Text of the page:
Pursuing excellence and consistent practice guarantees some level of disappointment along the way. When you put yourself out there in this way, the actual world might judge you harshly if you are unsuccessful. Furthermore, you open yourself up to criticism that isn’t necessarily constructive.
Even if you undertake employment you despise, you will still experience setbacks; however, they will be less affected. But if what you do counts, it hurts much more to take setbacks in stride when you put your heart and soul into your work.
There will be setbacks on the road to success in whatever endeavor you undertake. As painful as it may be, setbacks are essential to personal development, resilience, and gaining the right perspective.
If you don’t experience setbacks in the beginning, you won’t be able to handle the difficulties you’ll confront later on. That’s why it’s important to see setbacks as stepping stones on the road to success.
If you’re human, you undoubtedly fear failing. On the other hand, if you want to be taken seriously as a working professional, you have to show up for work every day. It also implies that you are always exploring new approaches in your pursuit of excellence.
StoryShot #7: Resistance May Last For A Long Time, But It Will Become Easier
You’ll encounter challenges even with the breeze at your back. You will feel like giving up. Resistance may regroup and launch another attack.
You’ll be in the middle of a project when it hits you: it’s too late to stop, and it’s too soon to see the conclusion.
You can’t win against adversity if you don’t give it you’re all. You can’t succeed in a field if you work on it part-time. It would help if you were dedicated to working full-time to achieve your goals. It would help if you had a strong commitment to succeed at the highest levels of your chosen career.
It becomes apparent when you prepare your artwork for an approaching show. You’ll feel like erasing the Instagram post of your final artwork and going back into hiding the second you see it.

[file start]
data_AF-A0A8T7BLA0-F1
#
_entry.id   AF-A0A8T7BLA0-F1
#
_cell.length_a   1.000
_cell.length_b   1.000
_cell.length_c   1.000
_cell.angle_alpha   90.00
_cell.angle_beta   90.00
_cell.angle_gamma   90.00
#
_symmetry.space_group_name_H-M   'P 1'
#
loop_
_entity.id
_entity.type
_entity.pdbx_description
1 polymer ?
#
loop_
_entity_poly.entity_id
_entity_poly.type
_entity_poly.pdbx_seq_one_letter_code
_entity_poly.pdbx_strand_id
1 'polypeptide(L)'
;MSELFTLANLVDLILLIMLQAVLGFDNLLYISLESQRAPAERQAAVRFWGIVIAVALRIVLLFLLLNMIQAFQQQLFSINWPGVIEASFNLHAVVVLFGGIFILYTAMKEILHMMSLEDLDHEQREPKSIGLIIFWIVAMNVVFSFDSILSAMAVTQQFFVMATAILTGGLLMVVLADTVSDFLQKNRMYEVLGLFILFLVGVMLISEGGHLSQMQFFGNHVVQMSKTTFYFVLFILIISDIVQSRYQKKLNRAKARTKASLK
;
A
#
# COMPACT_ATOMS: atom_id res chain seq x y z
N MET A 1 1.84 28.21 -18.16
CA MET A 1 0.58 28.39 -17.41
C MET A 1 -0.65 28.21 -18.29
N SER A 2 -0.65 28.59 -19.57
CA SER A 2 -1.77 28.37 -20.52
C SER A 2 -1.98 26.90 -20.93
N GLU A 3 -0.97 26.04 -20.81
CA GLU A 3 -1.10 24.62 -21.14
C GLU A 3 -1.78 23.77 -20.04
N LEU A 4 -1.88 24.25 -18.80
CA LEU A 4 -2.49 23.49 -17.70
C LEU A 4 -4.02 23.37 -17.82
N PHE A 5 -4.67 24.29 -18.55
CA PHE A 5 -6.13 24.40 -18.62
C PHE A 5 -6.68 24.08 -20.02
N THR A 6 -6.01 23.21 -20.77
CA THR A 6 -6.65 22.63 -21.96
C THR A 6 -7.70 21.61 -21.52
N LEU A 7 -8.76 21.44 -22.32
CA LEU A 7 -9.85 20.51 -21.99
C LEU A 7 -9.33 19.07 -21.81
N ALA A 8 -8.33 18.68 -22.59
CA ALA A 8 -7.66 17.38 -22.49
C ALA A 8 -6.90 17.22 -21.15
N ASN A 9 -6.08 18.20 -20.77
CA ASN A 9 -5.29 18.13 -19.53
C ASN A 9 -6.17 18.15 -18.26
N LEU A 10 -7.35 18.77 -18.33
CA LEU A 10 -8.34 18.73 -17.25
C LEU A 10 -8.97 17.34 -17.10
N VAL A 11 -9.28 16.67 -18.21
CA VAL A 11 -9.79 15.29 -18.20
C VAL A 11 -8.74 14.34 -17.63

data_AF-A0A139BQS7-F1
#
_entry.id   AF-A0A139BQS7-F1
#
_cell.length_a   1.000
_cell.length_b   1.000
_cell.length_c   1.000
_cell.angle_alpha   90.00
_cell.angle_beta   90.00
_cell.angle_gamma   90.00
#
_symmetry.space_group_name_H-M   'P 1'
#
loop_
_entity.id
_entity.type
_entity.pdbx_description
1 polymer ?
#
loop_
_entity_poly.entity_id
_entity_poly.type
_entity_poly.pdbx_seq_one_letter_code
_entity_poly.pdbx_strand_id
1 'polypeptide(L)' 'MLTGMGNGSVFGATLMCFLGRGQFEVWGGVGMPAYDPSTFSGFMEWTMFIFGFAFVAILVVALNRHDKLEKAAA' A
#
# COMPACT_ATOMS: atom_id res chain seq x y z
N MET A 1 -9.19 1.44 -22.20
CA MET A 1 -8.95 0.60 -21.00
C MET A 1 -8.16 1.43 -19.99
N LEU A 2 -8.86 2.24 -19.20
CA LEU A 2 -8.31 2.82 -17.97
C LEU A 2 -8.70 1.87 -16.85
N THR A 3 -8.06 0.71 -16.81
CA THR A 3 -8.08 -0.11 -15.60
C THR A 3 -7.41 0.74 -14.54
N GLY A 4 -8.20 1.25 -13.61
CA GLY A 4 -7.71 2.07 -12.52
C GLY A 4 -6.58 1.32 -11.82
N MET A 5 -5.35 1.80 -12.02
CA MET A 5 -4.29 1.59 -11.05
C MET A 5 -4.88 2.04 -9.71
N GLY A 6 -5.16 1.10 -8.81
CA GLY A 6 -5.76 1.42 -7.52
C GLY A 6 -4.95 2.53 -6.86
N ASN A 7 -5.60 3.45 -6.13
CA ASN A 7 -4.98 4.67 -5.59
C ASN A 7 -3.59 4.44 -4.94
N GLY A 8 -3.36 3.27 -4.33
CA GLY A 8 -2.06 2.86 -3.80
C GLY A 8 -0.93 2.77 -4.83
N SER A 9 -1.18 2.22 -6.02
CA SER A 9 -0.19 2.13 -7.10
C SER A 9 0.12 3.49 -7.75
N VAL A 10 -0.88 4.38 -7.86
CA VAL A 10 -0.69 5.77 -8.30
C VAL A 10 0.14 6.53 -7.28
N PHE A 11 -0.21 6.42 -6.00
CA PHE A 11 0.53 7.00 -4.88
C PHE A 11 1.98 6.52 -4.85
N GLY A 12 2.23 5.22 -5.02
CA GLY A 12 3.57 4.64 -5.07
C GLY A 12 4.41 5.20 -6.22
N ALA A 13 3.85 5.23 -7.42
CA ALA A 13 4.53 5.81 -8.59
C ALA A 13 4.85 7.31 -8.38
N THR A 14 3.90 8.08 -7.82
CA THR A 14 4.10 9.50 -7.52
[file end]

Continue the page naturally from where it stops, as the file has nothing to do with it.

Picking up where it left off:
It’s frustrating to face reality, but there will always be resistance. Everything you do, every artwork you do, every vacation you take. Whatever your feelings about your old partner, they are always there for you. And once we realize we can triumph over it, it loses some of its stings.
It’s safe to claim that your attitude to writing and generating art will shift for the better once you recognize resistance and name it for what it is. You are far more likely to recognize your excuses for what they are when you have to come up with them.
When you feel inspired to create anything, whether it be a new piece of art or just the need to be creative, you don’t procrastinate as much as you would otherwise.
StoryShot #8: Assistance Is The Opposite Of Resistance
It may seem like the resistance is plotting against you at every turn. Thankfully, some forces share your desire to see you succeed.
It would help if you made it part of your practice to express gratitude to your inspirations before beginning work each day. Doing so is analogous to calling upon the Muses for assistance in maintaining concentration and motivation. Don’t expect miraculous results from a casual daily practice or a few affirmations. There is no substitute for effort and commitment. These should help you become more aware of and connected to the beneficial factors beyond your control that may assist you in overcoming the opposition.
The fight against resistance will go on forever. However, resistance may be mitigated or overcome with the right kind of support. Helping entails making an effort to do tasks regularly.